SOYBEANS – Soybeans began the week on a soft note after Brazil received moisture, but not enough to say all their dryness concerns were alleviated.  On Thursday, soybeans benefited from the same rumors/trade chatter that sparked corn higher (stated above).  If we can reach an agreement with China, it could mean additional soybean business.  However, that business could be limited with US soybeans priced higher (even without the tariff) than Brazilian soybeans and Brazil beginning their harvest.  Reportedly, several Brazilian soybean vessels that were looking for homes found them in China this week.  It also makes sense to question China’s demand.  They are still finding new cases of African swine fever in their hogs.  It has now been found in every province in China and has spread to Mongolia.  China reported this past week that 916,000 hogs had been culled.  This may be an understatement as over 100 cases have been verified.   Rabobank believes China’s pig herd could fall as much at 20% this year due to the disease.  According to China, their hog inventory was down 4.8% from a year ago in December and the sow herd was 8.3% lower than a year ago.  China asked for farmers to restock quickly to avoid a shortage of pork and higher prices later in the year.  Due to the ASF, China’s meal prices have fallen to their lowest in three years on weak demand. The last USDA forecast for Chinese soybean imports was 90 mmt.  This number may be called into question on future balance sheets.

Brazil continues to experience dryness in the central and northeastern regions.  How much rain they receive before traders return after the holiday weekend may affect next week’s trading.  Most outlooks for Brazil’s soybean crop fall into the 115 mmt to 118 mmt range. AgRural pegged Brazil’s soybean harvest at 6% complete versus 0.08% last year. Celeres cut their Brazilian soybean production forecast 5 mmt to 117.2 mmt. In Argentina, the BAGE lowered their soybean acreage estimate 200,000 hectares to 17.7 million hectares, or 43.7 million acres, due to heavy rain.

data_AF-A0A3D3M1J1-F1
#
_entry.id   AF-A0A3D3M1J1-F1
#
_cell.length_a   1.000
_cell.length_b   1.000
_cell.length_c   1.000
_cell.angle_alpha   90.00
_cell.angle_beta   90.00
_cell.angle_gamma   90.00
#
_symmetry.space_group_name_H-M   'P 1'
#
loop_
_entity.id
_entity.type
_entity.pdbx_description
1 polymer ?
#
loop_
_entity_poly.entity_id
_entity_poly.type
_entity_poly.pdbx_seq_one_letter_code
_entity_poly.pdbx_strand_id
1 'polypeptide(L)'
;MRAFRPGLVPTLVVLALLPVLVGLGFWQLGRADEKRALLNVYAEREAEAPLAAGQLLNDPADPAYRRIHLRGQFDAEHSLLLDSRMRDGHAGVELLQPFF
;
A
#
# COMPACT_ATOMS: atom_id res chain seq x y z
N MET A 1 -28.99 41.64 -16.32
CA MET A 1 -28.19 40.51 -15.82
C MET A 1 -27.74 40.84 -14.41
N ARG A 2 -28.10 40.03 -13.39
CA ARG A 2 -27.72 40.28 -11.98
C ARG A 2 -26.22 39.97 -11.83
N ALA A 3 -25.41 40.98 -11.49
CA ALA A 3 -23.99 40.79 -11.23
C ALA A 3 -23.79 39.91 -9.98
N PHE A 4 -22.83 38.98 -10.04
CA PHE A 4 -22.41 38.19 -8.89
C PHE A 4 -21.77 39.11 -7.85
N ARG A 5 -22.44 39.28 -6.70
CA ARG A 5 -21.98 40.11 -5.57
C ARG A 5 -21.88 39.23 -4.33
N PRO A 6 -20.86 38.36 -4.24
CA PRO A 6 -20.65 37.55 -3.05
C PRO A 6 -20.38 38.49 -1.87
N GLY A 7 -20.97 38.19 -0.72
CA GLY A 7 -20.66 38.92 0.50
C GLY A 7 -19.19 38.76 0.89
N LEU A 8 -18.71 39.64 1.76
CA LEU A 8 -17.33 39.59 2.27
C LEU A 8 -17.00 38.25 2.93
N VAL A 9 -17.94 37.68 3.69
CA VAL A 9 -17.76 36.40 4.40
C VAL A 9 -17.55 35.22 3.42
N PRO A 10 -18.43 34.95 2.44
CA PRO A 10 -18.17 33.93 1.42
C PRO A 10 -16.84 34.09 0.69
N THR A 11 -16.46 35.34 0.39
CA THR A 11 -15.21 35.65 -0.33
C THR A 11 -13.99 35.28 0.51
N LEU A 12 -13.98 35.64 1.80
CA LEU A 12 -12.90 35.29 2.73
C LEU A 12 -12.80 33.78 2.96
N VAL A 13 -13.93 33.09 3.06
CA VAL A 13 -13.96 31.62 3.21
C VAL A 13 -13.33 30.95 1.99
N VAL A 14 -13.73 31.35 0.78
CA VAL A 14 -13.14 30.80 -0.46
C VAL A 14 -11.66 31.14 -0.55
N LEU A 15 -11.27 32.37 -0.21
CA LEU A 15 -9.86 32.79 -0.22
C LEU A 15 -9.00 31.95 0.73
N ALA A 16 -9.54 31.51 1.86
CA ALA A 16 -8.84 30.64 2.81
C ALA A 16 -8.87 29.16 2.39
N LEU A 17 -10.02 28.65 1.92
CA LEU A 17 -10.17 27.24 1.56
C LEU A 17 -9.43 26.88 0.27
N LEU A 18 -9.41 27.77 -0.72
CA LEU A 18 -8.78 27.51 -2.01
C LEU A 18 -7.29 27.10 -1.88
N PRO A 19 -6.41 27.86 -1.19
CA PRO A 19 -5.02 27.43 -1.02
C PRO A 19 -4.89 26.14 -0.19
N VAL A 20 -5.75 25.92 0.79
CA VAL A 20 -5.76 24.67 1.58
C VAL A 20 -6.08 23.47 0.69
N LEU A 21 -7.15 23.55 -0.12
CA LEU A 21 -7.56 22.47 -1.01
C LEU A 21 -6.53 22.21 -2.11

The December NOPA Soybean Crush Report was better than anticipated and set another monthly record for the 14th month in a row.  The December crush was 171.8 million bushels and was the third highest monthly crush ever.  Soyoil stocks were slightly less than expected at 1.498 billion pounds compared to 1.571 billion pounds estimated.  Weekly export inspections were a 7-week high at 39.9 million bushels.  We need to average 35 million bushels per week to achieve the USDA’s 1.90-billion-bushel export outlook.

OUTLOOK:  Next week’s holiday shortened trading week will rely on how much rain Brazil receives, how much is in the forecast, if Argentina can back off excess rain, and what is going on with China.  Looking at the big picture, it is difficult to formulate a scenario where soybeans can surpass this winter’s high.  Even if China returns to the US for soybeans, it will likely only amount to what the government tells their trading house to buy.  Brazilian beans are cheaper than US origin, so only politics would drive purchases from the US.  Without any USDA reports to tell us if China has bought US soybeans in the last three weeks, the popular thought is they have already bought up to 5 mmt since December 1.  For the week, March soybeans rallied 6 ½ cents to $9.16 ¾, July up 6 ¼ cents at $9.42 ½, and November soybeans were 3 ¾ cents higher at $9.55 ¾ per bushel.

The wheat market traded steady to higher Friday with Chicago unchanged. Prices continue to trade in narrow ranges from lack of news and ideas of improving demand. There was chatter that all the chatter about China buying US wheat turned out to be Egyptian business. The jury is still out on Russian exports. Talk is that they plan to curb exports, then the news stories state that they are exporting wheat at a record pace, followed up with officials stating there is no talk of Russian exports backing off. The US Southern Plains braces for snowfall this weekend and seeing frigid temps this week and into the weekend.